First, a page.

Reviews of The Melancholy of Haruhi Suzumiya (2006) and related work
The Melancholy of Haruhi Suzumiya (2006)
The contemporary universe was secretly remade to permit the existence of time travellers, aliens and similar oddities, which have yet to be discovered. You see, the creator is an easily bored misanthrope.
Transcendent bishōjo sharing its core concept with Oshii’s “Labyrinth Objects: File 538” (1987). A win for commercial eclecticism. The massive SF exposition barely explains a gigantic genre stereotype: A fairly normal, inert, nameless guy is gradually surrounded by pretty girls with radically different personalities. They are all well disposed towards him for vague reasons, and there’s one male sidekick/mentor who poses no threat of romantic competition.
This typical sexist situation is crossbred with an action adventure on cosmic scales and every crack filled with some eerily appropriate wedge. The episodes air out of order. The first is a vibrant pastiche of atrocious indie tokusatsu. Several scenes are much more realistic than the mainstream average; for instance the main character sits half asleep through some crappy but not comically bad musical performances at the annual cultural festival, an excellent slice of life. The characters dance realistically (para-para style) to the end credits. So much stylish trouble for such absolutely unoriginal core content!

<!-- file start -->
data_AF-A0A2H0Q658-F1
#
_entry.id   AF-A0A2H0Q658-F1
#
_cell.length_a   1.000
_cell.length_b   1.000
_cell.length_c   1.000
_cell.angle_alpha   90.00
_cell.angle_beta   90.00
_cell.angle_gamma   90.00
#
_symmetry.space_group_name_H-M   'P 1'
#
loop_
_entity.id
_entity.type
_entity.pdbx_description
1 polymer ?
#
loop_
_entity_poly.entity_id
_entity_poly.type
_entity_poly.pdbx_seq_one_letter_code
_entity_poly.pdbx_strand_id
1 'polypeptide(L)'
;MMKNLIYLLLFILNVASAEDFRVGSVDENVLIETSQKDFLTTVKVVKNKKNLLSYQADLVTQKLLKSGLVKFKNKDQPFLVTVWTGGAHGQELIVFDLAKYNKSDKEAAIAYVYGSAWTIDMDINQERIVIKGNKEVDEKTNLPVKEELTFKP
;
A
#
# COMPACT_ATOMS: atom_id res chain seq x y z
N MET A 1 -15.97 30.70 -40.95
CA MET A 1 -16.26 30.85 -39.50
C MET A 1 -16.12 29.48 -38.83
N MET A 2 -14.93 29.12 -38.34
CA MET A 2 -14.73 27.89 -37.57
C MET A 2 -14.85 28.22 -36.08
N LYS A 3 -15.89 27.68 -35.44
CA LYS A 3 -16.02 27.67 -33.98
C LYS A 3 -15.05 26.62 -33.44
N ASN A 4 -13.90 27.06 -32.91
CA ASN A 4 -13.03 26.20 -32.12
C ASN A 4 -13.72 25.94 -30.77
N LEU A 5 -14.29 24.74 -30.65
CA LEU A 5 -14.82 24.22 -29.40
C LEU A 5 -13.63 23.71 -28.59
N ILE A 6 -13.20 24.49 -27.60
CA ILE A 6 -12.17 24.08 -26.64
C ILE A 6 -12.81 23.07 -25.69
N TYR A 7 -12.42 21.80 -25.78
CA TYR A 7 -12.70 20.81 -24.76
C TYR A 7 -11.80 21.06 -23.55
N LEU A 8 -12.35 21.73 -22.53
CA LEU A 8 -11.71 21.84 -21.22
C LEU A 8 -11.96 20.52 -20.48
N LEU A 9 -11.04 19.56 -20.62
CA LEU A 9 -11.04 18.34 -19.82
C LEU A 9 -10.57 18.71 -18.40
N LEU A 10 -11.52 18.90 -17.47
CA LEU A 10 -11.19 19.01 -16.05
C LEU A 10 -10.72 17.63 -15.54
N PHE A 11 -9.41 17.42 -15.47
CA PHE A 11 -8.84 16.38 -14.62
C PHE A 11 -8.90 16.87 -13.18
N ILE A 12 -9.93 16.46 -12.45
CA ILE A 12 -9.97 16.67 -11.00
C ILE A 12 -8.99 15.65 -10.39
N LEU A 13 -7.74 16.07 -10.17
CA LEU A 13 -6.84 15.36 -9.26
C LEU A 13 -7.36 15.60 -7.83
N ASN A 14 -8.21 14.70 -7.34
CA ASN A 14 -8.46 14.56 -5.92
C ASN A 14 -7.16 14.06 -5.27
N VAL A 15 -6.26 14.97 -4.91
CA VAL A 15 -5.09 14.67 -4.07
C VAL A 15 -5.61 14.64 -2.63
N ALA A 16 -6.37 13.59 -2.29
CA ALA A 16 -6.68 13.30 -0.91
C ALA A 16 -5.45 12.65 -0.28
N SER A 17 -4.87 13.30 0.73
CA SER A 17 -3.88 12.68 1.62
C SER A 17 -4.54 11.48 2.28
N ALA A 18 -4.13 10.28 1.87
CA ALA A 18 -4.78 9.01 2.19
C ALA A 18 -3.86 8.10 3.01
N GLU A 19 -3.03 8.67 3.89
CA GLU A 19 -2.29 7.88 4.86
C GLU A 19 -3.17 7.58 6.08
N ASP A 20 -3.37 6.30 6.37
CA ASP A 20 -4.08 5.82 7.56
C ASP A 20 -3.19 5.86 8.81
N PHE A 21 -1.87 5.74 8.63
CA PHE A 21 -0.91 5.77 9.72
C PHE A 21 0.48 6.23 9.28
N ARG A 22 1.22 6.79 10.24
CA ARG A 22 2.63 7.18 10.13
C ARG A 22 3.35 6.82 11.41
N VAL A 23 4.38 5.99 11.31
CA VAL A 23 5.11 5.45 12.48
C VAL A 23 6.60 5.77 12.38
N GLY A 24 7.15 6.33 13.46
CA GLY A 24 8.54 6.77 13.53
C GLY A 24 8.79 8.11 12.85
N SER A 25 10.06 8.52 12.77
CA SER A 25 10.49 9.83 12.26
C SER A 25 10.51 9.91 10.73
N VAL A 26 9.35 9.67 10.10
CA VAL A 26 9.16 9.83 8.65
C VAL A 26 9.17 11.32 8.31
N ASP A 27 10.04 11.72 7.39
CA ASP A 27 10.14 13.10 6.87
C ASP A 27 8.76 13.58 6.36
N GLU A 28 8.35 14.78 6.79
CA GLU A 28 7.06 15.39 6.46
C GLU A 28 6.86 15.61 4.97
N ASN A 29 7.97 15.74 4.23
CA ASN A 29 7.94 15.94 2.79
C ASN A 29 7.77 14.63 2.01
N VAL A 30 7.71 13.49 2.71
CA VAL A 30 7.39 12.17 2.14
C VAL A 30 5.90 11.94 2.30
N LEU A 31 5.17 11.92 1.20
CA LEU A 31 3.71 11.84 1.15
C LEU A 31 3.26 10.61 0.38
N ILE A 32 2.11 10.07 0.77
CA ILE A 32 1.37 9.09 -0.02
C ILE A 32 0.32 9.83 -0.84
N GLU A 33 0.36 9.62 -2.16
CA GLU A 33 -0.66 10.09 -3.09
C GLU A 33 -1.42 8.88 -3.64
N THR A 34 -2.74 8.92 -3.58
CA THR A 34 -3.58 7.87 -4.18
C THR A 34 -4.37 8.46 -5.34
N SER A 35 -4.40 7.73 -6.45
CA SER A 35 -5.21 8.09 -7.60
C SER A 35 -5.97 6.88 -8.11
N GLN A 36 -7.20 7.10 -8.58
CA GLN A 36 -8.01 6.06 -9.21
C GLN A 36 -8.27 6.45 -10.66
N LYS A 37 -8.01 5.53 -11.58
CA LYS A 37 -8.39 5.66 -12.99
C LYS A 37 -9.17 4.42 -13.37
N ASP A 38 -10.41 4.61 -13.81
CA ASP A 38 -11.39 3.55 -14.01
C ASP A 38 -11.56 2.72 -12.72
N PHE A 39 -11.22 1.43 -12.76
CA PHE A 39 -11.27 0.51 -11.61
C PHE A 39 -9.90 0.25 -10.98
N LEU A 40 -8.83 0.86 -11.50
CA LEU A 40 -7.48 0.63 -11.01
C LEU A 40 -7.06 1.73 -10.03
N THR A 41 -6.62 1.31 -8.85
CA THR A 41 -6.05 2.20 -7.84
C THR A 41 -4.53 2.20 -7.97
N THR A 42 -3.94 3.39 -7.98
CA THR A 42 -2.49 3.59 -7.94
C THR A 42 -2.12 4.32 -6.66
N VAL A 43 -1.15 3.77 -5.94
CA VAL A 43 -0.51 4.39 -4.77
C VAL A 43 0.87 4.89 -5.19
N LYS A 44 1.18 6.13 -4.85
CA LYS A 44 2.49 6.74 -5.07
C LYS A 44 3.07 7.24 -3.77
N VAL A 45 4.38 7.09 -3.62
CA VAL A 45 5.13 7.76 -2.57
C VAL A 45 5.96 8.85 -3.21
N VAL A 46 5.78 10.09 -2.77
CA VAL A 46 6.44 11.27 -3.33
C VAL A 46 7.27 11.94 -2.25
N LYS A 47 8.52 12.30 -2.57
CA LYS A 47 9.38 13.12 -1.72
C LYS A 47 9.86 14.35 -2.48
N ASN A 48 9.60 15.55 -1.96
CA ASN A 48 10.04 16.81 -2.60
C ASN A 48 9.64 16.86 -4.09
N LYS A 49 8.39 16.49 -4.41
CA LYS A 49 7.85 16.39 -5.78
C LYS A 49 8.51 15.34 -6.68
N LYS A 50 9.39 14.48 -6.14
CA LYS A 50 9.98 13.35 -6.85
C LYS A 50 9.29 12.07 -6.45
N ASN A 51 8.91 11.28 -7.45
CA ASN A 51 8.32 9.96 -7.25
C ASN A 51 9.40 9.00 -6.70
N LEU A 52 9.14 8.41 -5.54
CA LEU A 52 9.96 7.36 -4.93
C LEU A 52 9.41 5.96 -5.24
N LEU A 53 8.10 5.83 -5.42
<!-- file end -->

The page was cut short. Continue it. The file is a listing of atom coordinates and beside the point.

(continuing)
‣ Nyoro~n Churuya-san (2009)
A tiny harebrained SD version of Tsuruya, Mikuru’s friend from the original series, has very brief adventures.
Absurdist super-deformed comedy. 13 episodes, 2 minutes each. The video game is definitely the high point.
‣ The Disappearance of Haruhi Suzumiya (2010)
Seen in 2018.
Nagato is the only member of the classics club because Suzumiya’s school went co-ed. The former tyrant, now studying with Koizumi, never transferred. Asahina does calligraphy. Kyon is the only one who remembers the SOS団. To everyone else, it couldn’t have happened.
Equivalent to almost a full season of the TV series but with a coherent plot. I enjoyed a lot of the stylistic touches, using the same gilded realism as the TV show, as well as overt references to H. P. Lovecraft as a possible deity and Dan Simmons’s Hyperion (1989). However, the plot is a dud.
The premise is that Nagato, being a human-to-computer interface, gradually accumulates errors. These cause her to rewrite reality in such a way that she gets more time with Kyon for romantic reasons. As a side effect, she apparently disarms the cosmic threat of Suzumiya, but she both leaves Kyon intact and sends him a cryptic clue. This is overly romantic and contradictory, like a Spock-centered episode of Star Trek (1966).
While retreading some memorable moments in the established timeline, Kyon is challenged to break out of his unattached, ironic personality, a stereotype of the contemporary light novel genre. He normally provides amusing narration, aware of the show’s pandering without smashing the fourth wall. This time he engages with the problem and almost develops as a character, but it is all for nothing in the end.